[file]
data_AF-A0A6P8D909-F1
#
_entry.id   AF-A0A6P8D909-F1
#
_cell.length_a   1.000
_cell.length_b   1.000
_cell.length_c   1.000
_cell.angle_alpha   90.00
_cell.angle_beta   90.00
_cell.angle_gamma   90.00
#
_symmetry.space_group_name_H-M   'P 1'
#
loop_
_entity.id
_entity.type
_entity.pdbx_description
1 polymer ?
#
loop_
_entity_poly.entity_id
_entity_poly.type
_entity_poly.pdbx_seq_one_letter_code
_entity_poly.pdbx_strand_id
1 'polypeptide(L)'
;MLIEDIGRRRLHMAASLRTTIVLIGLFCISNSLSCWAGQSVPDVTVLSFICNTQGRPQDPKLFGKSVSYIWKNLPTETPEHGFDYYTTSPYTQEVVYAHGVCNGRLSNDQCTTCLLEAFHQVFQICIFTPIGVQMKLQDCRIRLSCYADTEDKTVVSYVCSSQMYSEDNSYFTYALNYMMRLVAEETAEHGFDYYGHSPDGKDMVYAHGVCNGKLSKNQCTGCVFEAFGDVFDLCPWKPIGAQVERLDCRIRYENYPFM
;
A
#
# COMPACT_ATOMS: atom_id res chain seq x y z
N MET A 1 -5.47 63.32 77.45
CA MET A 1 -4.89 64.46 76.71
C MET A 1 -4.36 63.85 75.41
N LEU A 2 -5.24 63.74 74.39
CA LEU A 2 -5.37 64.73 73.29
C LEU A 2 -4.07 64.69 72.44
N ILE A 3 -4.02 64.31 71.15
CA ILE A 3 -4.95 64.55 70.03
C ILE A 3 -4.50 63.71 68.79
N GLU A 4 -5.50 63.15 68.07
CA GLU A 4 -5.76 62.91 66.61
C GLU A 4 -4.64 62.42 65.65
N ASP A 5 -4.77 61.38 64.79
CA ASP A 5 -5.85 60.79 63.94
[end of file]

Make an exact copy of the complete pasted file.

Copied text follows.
data_AF-A0A6P8D909-F1
#
_entry.id   AF-A0A6P8D909-F1
#
_cell.length_a   1.000
_cell.length_b   1.000
_cell.length_c   1.000
_cell.angle_alpha   90.00
_cell.angle_beta   90.00
_cell.angle_gamma   90.00
#
_symmetry.space_group_name_H-M   'P 1'
#
loop_
_entity.id
_entity.type
_entity.pdbx_description
1 polymer ?
#
loop_
_entity_poly.entity_id
_entity_poly.type
_entity_poly.pdbx_seq_one_letter_code
_entity_poly.pdbx_strand_id
1 'polypeptide(L)'
;MLIEDIGRRRLHMAASLRTTIVLIGLFCISNSLSCWAGQSVPDVTVLSFICNTQGRPQDPKLFGKSVSYIWKNLPTETPEHGFDYYTTSPYTQEVVYAHGVCNGRLSNDQCTTCLLEAFHQVFQICIFTPIGVQMKLQDCRIRLSCYADTEDKTVVSYVCSSQMYSEDNSYFTYALNYMMRLVAEETAEHGFDYYGHSPDGKDMVYAHGVCNGKLSKNQCTGCVFEAFGDVFDLCPWKPIGAQVERLDCRIRYENYPFM
;
A
#
# COMPACT_ATOMS: atom_id res chain seq x y z
N MET A 1 -5.47 63.32 77.45
CA MET A 1 -4.89 64.46 76.71
C MET A 1 -4.36 63.85 75.41
N LEU A 2 -5.24 63.74 74.39
CA LEU A 2 -5.37 64.73 73.29
C LEU A 2 -4.07 64.69 72.44
N ILE A 3 -4.02 64.31 71.15
CA ILE A 3 -4.95 64.55 70.03
C ILE A 3 -4.50 63.71 68.79
N GLU A 4 -5.50 63.15 68.07
CA GLU A 4 -5.76 62.91 66.61
C GLU A 4 -4.64 62.42 65.65
N ASP A 5 -4.77 61.38 64.79
CA ASP A 5 -5.85 60.79 63.94